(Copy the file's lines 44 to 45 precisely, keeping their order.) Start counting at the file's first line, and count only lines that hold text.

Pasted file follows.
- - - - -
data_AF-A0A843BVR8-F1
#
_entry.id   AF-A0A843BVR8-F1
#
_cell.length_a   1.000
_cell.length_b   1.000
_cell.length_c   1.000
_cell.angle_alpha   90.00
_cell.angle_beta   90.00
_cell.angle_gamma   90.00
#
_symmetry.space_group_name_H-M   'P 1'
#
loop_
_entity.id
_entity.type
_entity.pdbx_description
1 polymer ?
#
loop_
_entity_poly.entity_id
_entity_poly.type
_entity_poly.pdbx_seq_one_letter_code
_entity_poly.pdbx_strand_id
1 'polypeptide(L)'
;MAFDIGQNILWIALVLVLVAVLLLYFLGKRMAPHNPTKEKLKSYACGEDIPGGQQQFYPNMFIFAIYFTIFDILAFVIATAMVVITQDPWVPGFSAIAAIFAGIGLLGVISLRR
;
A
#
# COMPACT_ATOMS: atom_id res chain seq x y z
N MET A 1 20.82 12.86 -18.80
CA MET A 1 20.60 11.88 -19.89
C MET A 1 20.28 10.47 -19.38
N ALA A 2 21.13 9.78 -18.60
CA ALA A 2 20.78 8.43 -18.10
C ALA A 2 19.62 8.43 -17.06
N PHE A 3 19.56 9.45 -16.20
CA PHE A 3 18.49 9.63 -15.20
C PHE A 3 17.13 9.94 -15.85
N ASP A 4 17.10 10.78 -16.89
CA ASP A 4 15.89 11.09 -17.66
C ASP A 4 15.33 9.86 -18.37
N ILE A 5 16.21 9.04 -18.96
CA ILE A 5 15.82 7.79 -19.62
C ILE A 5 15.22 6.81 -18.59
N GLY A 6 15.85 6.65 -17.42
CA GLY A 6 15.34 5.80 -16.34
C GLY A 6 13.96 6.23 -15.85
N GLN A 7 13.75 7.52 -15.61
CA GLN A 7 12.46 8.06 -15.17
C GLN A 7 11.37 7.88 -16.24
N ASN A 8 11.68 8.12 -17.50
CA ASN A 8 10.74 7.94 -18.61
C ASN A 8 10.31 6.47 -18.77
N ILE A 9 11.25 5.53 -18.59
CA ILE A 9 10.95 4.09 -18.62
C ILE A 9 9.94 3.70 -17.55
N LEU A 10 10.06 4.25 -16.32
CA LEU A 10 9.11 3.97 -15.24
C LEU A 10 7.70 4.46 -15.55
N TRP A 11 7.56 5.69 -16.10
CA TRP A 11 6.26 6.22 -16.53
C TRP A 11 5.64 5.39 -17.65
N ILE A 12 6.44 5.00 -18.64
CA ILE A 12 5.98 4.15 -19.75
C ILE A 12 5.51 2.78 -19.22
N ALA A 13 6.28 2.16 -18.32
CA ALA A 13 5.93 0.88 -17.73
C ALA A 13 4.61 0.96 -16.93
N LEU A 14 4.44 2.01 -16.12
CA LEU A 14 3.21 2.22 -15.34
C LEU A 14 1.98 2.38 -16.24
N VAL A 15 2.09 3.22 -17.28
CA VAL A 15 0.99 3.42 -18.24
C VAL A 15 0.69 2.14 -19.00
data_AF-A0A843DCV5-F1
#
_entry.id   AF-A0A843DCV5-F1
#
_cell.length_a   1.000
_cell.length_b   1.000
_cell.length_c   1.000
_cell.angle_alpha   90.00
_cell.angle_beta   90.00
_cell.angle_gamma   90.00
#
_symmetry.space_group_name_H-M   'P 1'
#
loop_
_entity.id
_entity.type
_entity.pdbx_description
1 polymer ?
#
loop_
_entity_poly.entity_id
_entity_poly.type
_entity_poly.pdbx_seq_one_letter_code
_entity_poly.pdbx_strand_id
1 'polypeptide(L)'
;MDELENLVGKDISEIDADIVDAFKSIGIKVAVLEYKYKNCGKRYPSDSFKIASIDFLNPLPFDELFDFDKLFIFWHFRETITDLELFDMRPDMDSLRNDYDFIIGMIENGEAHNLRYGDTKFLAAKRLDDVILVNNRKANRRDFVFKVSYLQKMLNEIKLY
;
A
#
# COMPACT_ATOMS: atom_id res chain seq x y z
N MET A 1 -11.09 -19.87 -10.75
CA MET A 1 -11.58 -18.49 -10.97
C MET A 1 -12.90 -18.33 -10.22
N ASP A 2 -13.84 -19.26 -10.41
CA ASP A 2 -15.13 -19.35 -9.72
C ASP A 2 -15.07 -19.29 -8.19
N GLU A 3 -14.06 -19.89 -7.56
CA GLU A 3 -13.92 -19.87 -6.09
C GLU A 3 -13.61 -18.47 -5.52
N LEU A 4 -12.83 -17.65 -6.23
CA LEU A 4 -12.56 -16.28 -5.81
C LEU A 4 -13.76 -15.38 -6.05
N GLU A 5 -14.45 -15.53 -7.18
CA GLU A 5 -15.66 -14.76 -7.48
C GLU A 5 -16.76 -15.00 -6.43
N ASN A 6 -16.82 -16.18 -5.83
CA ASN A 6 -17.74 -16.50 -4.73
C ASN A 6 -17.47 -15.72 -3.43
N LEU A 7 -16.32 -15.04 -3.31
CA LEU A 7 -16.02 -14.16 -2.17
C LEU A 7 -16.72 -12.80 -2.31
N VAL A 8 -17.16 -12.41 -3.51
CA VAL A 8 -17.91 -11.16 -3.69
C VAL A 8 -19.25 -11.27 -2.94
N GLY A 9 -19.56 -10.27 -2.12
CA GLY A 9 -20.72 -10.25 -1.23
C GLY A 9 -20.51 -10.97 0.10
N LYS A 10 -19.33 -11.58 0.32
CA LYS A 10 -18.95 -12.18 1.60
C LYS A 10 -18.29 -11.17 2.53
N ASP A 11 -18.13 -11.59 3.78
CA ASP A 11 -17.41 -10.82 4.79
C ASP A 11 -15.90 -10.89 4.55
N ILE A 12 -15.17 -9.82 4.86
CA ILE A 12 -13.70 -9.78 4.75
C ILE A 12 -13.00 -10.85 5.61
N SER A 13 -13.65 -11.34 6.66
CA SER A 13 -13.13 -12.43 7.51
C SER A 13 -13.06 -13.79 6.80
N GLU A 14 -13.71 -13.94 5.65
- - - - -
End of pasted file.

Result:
CA ILE A 5 15.82 7.79 -19.62
C ILE A 5 15.22 6.81 -18.59